At common law, a defense of innocent dissemination is available to a person who, neither knowingly nor negligently, had merely a subordinate role in the dissemination of the matter containing the defamatory statement.

This applies when:

  1. the defendant did not know that the publication complained of contained a libel;
  2. the defendant had no grounds to suppose that it was likely to contain defamatory matter; and
  3. the absence of knowledge was not due to any negligence on the defendant's part.

It would seem that on the facts assumed in the question the landowner has Arguably not made the defamatory statement at all, nor has she distributed or published it. She has merely failed to remove it from her property in as prompt a manner as she might have. Even if failing to remove the statement is considered to be a from of distributing the statemetn, it seems at least possible that a defense of innocent infringement would apply. I can find no court case at all closely on point, and the basic elements of defamation law in Marylnd seem to be common-law rather than statutory.

Sign Ordinances

These are generally local or municipal rules. I could not find documentation for a typical rule in Maryland. I was formerly somewhat involved in public affairs, particularly in connection with lawn signs, political and otherwise, in the township of West Windsor, NJ.

There such signs could nort be placed so close to a roadway as to ovstruct teh sight-lines of drivers. Temporary signs in conection wiuth an event were required to be removed within 7 days after the date of that mevent. For political signs that was the eleection involvved. ll of this is contained in the township code section § 200-152 Temporary signs Subsection B (1) provides that:

Temporary noncommercial, including political signs. Noncommercial signs, including but not limited to political signs which are temporary in nature, shall be permitted in all districts. Temporary noncommercial signs are those which are not permanently affixed to the ground, a building or other permanent structure on the property and not intended to be permanent in time. Temporary noncommercial signs shall not exceed 16 square feet (no side of any signs shall be more than six feet in any linear dimension) in residential zones and 32 square feet in nonresidential zones. Temporary political signs associated with an election shall be removed no later than seven days after the election. Site plan approval shall not be required for the placement of temporary noncommercial signs.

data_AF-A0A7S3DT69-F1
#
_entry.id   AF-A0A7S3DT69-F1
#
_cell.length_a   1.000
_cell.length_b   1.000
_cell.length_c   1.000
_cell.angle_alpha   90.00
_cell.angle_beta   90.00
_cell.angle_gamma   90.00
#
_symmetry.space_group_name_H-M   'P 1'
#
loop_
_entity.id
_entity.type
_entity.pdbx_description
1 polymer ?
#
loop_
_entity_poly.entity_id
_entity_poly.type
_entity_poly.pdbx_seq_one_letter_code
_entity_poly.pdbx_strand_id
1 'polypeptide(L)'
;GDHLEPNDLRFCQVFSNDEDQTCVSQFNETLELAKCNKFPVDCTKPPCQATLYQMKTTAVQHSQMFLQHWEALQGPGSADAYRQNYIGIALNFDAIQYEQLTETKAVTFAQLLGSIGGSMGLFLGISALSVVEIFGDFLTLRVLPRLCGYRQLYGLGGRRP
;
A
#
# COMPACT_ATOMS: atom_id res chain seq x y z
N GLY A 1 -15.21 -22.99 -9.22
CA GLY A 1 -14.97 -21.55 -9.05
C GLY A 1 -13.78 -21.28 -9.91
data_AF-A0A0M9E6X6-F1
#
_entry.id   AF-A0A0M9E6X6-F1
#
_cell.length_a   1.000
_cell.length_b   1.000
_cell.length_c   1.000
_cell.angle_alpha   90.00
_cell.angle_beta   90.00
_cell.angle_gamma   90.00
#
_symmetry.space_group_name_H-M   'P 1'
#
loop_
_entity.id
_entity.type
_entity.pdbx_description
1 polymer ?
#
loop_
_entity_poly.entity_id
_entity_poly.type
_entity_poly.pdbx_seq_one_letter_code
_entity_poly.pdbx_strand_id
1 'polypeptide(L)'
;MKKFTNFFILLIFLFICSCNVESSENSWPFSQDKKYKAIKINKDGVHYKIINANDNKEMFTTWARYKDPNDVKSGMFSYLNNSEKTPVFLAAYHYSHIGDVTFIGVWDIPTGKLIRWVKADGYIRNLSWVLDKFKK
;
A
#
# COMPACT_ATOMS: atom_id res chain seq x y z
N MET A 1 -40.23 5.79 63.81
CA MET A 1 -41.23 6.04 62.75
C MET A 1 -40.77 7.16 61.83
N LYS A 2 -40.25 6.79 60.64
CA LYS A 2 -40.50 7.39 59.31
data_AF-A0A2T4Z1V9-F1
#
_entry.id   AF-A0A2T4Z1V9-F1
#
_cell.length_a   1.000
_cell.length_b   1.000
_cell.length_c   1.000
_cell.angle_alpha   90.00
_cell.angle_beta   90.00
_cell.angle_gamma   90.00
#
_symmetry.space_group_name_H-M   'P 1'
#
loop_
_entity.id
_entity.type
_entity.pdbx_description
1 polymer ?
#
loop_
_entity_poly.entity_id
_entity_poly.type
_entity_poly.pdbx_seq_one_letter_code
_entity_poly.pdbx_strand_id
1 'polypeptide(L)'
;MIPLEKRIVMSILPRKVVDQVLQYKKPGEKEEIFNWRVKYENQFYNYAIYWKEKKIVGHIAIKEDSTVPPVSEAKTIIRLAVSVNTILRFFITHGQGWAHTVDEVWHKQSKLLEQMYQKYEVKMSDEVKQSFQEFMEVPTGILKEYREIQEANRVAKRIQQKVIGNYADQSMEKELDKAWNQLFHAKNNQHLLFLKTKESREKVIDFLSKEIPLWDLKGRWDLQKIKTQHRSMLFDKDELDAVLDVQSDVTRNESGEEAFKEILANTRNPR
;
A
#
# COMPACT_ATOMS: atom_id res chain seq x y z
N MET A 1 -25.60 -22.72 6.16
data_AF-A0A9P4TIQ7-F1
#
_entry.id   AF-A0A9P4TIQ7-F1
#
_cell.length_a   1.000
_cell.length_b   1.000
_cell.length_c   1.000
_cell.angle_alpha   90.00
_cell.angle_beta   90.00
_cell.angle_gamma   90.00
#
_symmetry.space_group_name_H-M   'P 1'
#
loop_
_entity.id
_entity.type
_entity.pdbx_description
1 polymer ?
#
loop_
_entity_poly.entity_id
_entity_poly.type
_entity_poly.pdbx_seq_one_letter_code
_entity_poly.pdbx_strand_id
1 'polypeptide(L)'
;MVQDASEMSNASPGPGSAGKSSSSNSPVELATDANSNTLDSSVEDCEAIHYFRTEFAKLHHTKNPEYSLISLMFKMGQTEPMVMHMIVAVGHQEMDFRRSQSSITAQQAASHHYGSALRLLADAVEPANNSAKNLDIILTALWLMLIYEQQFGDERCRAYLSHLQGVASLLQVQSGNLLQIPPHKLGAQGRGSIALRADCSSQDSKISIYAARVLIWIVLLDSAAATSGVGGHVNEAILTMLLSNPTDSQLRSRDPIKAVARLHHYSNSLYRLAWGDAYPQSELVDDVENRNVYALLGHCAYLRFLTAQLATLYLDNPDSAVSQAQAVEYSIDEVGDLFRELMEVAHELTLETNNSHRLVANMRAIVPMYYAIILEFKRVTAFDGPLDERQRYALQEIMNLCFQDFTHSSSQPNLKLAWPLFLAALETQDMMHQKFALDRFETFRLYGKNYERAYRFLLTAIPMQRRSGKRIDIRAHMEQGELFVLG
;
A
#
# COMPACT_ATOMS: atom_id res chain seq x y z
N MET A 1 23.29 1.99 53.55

The details of such rules will vary widely with the locality, but generally will require the owner to remove signs within some period of time if the person placing the sign without permission does not. But they are not likely to hold the owner liable for the sign having been places in the first place.

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  • The fundamental question isn't about the signs, but about what the landowner does with them. Suppose I own a store that provides a public-service bulletin board, and I selectively remove certain postings, am I not responsible for that? If I leave up "Mayor Quimby is a murderer!" signs but remove anything that criticises Sideshow Bob, am I not legally doing the equivalent of posting those signs myself? Apr 12 at 0:42
  • @Ray Butterworth I don't think the board owner is acting as a publisher in that case, but the board owner is inviting postings in general. That makes that case very different from the land owner who in no way invites signs, but is not prompt about removing them, The board owner might be considered a publisher. CDA section 230 protects the electronic equivalent of the board owner, but woulk not apply to the physical board. Apr 12 at 4:54